So if you’re buying chlorine tablets at your local pool store or online, and it’s the active ingredient is trichlor, then chances are you
have stabilized chlorine, which means it has cyanuric acid in it, which protects it from being burned off by the UV rays of the sun.

And this is great too because you can use shock, or unstabilized chlorine, if you wanna super-chlorinate your water, and kill a lot of bacteria, and then you can use stabilized chlorine to keep the chlorine at around three parts per million at all times, and the stabilized chlorine usually lasts about three to five times longer than unstabilized chlorine, and when you add these pucks to your pool.

You can add it via a chlorine floater, or within your skimmer basket, or what we recommend is to add them to an automatic chlorinator, that is your best bet for adding chlorine pucks and keeping the water at three parts per million in a classic chlorine pool.

But if you’re adding chlorine pucks or chlorine tablets, and they are stabilized, because they’re trichlor, then it is adding chlorine stabilizer, or cyanuric acid to your water, in very, very low amounts because it is stabilized chlorine, that’s what that means.

But, either way, you’re gonna wanna add a chlorine stabilizer or cyanuric acid to your water, whether you’re using just unstabilized chlorine or a mix of unstabilized and stabilized chlorine, just to make sure that both of those things are kind of stabilized together, and you wanna keep your cyanuric acid at a very specific level.

You wanna keep the cyanuric acid between 30 and 80 parts per million.

Ideally, you wanna keep it at around 50 parts per million.

If your cyanuric level goes too high, it can cause problems with your sanitizers, speaking of chlorine, and the only way to lower cyanuric acid is to dilute your pool water.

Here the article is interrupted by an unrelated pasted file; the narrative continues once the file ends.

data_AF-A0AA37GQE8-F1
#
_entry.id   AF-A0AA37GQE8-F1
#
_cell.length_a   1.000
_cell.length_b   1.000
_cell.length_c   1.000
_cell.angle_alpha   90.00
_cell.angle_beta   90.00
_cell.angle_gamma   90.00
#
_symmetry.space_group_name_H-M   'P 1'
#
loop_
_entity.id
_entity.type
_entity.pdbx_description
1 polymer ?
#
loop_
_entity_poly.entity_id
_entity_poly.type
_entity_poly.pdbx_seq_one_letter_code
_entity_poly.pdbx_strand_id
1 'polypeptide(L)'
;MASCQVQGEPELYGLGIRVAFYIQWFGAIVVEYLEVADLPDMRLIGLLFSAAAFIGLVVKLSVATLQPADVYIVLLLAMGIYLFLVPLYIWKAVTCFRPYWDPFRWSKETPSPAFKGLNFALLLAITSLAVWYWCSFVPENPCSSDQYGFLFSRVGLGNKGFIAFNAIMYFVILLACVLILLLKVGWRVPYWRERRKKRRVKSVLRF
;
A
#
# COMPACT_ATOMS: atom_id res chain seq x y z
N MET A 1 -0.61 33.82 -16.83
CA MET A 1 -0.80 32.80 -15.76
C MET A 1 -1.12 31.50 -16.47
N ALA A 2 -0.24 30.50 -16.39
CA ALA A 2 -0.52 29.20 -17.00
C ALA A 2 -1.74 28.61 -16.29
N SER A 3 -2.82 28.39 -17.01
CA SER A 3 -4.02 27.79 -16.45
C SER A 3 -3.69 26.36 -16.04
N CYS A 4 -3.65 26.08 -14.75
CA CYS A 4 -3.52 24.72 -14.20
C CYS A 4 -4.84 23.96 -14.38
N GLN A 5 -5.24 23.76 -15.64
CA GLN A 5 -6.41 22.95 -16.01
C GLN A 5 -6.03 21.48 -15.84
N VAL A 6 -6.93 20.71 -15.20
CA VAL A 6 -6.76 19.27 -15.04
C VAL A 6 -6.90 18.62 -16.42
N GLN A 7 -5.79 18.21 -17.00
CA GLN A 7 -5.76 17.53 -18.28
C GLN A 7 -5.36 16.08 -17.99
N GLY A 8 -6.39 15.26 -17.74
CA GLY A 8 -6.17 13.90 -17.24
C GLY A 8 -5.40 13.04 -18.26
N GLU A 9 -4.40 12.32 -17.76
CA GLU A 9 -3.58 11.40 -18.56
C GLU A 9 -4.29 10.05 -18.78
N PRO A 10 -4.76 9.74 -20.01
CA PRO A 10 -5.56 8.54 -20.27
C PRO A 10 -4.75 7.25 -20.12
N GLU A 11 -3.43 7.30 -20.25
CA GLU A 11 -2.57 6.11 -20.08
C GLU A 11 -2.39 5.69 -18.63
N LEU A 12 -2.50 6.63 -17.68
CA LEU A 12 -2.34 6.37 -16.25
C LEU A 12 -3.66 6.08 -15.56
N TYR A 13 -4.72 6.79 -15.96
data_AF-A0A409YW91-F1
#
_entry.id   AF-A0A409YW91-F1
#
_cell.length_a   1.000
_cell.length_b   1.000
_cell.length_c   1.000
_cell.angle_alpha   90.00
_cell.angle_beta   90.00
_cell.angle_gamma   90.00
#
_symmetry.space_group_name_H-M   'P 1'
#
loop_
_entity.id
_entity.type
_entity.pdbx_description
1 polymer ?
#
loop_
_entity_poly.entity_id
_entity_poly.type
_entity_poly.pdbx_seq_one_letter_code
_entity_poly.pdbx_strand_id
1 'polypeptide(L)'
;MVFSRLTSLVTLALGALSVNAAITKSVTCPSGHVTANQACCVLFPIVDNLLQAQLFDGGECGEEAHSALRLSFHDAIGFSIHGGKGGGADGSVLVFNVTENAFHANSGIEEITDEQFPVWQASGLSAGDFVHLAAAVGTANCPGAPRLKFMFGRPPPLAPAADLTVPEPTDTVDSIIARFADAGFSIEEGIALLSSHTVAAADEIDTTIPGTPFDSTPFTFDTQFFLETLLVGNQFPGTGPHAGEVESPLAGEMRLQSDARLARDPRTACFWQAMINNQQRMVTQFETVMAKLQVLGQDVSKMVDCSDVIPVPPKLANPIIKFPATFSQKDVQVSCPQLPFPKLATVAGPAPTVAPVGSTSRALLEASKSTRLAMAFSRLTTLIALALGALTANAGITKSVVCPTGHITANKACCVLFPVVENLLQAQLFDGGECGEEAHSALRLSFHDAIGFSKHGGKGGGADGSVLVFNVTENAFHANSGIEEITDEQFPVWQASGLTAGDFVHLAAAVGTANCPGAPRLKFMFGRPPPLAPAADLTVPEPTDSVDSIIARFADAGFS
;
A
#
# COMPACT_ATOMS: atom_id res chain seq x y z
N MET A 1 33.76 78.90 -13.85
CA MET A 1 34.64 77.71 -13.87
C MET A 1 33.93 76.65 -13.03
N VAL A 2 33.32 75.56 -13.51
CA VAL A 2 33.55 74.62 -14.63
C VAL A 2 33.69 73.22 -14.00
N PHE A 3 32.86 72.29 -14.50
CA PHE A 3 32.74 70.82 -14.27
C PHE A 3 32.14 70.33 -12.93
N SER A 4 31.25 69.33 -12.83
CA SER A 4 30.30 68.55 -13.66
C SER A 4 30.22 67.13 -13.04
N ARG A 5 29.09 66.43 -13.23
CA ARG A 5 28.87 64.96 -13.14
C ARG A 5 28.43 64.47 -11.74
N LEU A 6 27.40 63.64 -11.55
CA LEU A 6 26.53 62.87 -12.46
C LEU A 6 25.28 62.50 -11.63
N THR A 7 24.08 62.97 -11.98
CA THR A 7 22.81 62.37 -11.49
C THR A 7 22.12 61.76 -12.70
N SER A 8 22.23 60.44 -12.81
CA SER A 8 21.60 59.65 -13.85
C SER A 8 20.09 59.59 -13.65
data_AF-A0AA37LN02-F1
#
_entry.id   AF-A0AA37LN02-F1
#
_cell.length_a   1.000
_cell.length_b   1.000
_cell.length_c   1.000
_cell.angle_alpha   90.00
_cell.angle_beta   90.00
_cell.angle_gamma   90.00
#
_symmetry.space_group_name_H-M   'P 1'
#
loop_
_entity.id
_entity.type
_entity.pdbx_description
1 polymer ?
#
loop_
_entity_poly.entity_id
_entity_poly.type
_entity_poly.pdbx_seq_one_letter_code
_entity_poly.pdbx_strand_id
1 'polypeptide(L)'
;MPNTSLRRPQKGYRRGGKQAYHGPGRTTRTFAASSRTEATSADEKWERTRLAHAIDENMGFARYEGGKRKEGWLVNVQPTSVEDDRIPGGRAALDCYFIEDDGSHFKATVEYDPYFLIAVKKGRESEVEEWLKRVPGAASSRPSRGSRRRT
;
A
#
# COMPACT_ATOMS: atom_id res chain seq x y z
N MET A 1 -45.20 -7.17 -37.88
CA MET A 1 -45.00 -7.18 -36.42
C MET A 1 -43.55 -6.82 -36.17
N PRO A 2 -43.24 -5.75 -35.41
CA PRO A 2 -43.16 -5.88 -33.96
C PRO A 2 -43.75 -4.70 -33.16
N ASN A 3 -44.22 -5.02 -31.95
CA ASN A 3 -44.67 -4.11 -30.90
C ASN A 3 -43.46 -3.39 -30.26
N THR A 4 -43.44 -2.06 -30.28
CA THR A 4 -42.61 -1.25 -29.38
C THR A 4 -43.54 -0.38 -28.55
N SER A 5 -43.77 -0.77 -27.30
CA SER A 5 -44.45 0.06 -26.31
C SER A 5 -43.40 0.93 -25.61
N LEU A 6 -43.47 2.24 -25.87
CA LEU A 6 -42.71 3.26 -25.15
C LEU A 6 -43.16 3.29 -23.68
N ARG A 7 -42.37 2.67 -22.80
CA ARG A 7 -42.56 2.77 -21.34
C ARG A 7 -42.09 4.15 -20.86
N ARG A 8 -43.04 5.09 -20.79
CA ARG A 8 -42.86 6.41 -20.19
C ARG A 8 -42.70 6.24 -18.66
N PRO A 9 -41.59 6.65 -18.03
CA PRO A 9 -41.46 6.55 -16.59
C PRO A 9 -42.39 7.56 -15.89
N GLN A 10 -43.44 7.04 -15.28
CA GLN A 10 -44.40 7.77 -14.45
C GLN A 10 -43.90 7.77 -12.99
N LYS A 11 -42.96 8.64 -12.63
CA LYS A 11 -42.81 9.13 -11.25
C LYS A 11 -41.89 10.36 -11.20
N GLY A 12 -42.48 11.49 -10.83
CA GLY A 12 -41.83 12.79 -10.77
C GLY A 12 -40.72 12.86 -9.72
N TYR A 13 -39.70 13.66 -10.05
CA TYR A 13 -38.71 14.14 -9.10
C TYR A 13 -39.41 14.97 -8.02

Okay, so hopefully you know the difference between stabilized and unstabilized chlorine, it’s pretty simple.

So the final question is, well, which one should you use?

If you have an outdoor pool, you’re gonna wanna use a combination of both unstabilized and stabilized chlorine.

Unstabilized chlorine for shocking and high-chlorination, for oxidation in your water, and stabilized chlorine for just general, you
know, keeping your pool at around three parts per million, because it’s just gonna last longer with the tablets, and they’re easier to add than constantly adding unstabilized chlorine to your pool.

Now, if you have a saltwater pool, you are constantly adding unstabilized chlorine to your pool, and you can use cyanuric acid to help the sun not to burn off the chlorine that you’re generating.

And whenever you super-chlorinate it, again, you’re just adding a bunch of unstabilized chlorine to the pool, because you’re
not generating cyanuric acid with a salt water system, you’re gonna need to add that separately.

And then if you have an indoor pool, you really are not bothered by the UV rays of the sun too much if you have a, you know, a cover, if you have the sun peeking through, well then, you’re gonna have to worry about it, and if you have an indoor pool, I recommend keeping your cyanuric acid, or your chlorine stabilizer level, at around 10 parts per million.

Okay, again, taking care of a pool, everyone’s got a different way of doing it, there are different ranges when it comes to how much cyanuric acid to add to a pool, how much chlorine to add to the pool, and generally, that’s why we like to give a large range, but tell you what the ideal is, and that’s what we gave you here.

So the ideal for chlorine is around three parts or three parts per million, and with cyanuric acid, you want it at about 50 parts per million.

I just wanted to put that out there for ya in case you were interested in something like that.

And everyone’s got a different way of doing it, and this is just our way, and I hope that answers your questions, but if we didn’t,

if we missed something, please leave a comment below.